Carnap’s objective, then, was precisely to rule out the specifically “ontological” use (in Chalmers’s terms) of external questions and external discussion, and replace it by discussion of the costs and benefits of different languages, or more usually, of different proposed explications for a vague explicandum (“pragmatics,” he called this realm of discussion). So the mature Carnap admitted both descriptive and normative discourse. Descriptive sentences could be true or false, and must be internal; normative ones could not be true or false, though they could contain true or false descriptive components, and were external. Chalmers’s proposed replacement distinction leaves all this aside and makes nonsense of Carnap’s original terminology. Chalmers’s internal sentences have nothing to be “internal” to since they aren’t conceived as framed in a constructed language; it’s only with respect to a framework of such languages that the “internal” status of a sentence is well-defined. For Chalmers, though, “ordinary” ontological questions and claims need not be “internal” in any such well-defined sense. They are held to be “correct” (which needn’t mean “true,” p. 82) relatively to “commonsense ontology” which is committed to ordinary objects and ordinary (including mathematical) reasoning but not “distinctively ontological truths and distincively ontological reasoning.” Thus “commonsense ontology appears to be committed to particles, ordinary macroscopic objects such as tables, and at least some abstract objects such as numbers, but it does not appear to be committed to more recherché objects such as arbitrary mereological sums.” (p. 86) But where is the boundary between the ordinary and the recherché? Doesn’t this differ, even from person to person? At very least, then, Chalmers’s distinction between ordinary and ontological questions is extremely vague, and certainly much vaguer than the Carnapian distinction it is intended to reconstruct in more neutral terms.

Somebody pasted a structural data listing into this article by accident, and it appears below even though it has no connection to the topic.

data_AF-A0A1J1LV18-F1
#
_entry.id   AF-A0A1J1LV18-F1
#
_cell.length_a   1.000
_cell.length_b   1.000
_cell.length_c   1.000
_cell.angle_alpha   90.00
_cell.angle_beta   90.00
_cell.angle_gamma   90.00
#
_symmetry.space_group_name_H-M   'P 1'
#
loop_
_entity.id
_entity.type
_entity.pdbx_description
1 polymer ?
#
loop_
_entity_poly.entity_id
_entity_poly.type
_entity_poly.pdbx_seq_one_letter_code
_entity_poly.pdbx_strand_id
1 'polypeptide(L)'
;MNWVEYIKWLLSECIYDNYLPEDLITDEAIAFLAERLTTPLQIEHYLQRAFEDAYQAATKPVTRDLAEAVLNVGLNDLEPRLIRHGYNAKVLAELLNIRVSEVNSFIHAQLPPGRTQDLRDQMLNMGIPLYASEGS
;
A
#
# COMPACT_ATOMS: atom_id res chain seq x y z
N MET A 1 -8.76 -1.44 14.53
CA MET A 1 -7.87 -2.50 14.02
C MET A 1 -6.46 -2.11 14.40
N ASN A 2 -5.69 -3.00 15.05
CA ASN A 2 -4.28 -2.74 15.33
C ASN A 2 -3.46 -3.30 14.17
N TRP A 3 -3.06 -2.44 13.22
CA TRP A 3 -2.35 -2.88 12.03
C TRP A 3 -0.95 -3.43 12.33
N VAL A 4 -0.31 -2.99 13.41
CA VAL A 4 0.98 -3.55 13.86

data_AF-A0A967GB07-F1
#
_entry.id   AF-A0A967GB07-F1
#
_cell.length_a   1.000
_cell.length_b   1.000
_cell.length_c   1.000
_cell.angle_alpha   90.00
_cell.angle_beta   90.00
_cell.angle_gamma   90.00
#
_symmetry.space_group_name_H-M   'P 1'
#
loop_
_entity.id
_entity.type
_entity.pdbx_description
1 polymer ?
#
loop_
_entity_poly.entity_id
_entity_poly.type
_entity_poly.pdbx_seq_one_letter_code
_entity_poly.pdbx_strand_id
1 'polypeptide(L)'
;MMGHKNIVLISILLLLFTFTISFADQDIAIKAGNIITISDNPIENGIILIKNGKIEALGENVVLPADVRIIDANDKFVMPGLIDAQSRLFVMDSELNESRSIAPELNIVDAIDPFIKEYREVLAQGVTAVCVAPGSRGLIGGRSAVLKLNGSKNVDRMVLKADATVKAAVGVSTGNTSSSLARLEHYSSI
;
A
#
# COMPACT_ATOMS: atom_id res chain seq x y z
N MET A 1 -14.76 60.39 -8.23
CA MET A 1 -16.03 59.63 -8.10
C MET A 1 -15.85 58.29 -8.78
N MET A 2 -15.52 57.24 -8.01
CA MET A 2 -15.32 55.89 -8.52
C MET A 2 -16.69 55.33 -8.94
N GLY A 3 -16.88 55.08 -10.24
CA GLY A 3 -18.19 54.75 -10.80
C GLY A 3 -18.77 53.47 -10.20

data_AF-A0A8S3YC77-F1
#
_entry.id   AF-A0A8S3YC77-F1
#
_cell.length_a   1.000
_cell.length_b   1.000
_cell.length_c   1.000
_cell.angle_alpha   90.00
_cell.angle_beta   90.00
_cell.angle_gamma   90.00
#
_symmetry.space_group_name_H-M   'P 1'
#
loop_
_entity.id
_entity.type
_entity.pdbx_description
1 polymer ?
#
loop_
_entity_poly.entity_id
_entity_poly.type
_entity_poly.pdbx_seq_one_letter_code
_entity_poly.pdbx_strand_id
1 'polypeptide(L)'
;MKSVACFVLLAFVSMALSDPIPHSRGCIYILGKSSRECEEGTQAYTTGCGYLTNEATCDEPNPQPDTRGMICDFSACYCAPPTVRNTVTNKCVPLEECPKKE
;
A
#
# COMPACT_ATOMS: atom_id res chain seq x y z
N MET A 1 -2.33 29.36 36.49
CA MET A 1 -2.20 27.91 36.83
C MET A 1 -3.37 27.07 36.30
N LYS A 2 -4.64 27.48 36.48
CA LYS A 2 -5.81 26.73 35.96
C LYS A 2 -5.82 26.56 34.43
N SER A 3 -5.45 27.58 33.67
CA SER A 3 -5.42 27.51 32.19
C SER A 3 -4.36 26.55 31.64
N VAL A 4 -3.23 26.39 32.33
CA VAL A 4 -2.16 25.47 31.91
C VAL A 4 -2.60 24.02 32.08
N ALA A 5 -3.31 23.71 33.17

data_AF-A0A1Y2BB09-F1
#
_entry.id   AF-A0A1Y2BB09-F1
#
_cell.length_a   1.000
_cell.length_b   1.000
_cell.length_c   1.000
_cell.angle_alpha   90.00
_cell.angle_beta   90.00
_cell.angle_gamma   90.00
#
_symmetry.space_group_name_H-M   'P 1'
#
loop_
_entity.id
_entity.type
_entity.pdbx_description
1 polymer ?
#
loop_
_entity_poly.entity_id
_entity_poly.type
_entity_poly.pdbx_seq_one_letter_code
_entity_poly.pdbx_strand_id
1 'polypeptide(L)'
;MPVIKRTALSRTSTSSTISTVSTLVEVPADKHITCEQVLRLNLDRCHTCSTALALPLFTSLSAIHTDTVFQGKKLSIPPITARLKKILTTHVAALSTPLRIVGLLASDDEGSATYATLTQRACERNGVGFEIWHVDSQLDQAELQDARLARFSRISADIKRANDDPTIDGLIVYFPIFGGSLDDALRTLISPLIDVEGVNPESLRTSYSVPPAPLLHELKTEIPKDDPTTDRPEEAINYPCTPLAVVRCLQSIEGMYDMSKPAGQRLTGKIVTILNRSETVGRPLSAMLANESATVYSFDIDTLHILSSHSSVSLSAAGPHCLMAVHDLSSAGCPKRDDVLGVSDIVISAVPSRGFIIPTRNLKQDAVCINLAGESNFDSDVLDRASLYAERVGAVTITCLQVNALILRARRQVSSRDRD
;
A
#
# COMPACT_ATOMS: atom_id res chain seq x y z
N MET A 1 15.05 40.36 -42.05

Actually, though, it’s less neutral than Carnap’s distinction, in that in invokes standards of “correctness” for ontological claims (ibid., p. 82). Ordinary existence statements are insensitive to ontological standards of correctness, Chalmers says, while ontological existence statements are sensitive to them – they are correct (or not) relative to ontological doctrines, such as realism or nihilism. And while Chalmers does not equate “correct” with “true,” the ontological doctrines with respect to which claims are judged correct or incorrect are considered true or false. The point of Carnap’s distinction, however, had been precisely to undercut the traditional interpretation of such doctrines as true or false. He regarded them as ill-posed, underspecified, the epitome of the kinds of things ordinary language doesn’t have the resources to deal with (Schilpp volume, pp. 938-9). Chalmers’s proposed replacement for Carnap’s distinction leaves all this out.
Carnap was neither an anti-realist nor a meta-(ontological) anti-realist. Far from denying that “there are objective answers to the basic questions of ontology” (Chalmers p. 77), he thought such questions unintelligible. Chalmers, though insisting that what he is exploring is a “Carnapian variety of ontological anti-realism,” is “not certain that it is true” (p. 79). Carnap didn’t think that his view could be true (or false).
UPDATE (13 April): This post now has a sequel.
UPDATE (9 May): And another one.
2 thoughts on “Chalmers on internal and external questions”
Is this really fair? Chalmers’s main point in that paper isn’t this particular distinction, so aren’t you overdoing it a bit by focusing on just that piece out of context?
No, since the main argument of the paper depends on that distinction; that’s why he puts it up front prominently like that. He can make whatever distinctions he likes; what I’m objecting to is associating them in any way with Carnap’s ESO distinctions, with which they have, it seems, nothing in common. Anyway, this will continue — have patience!
Comments are closed.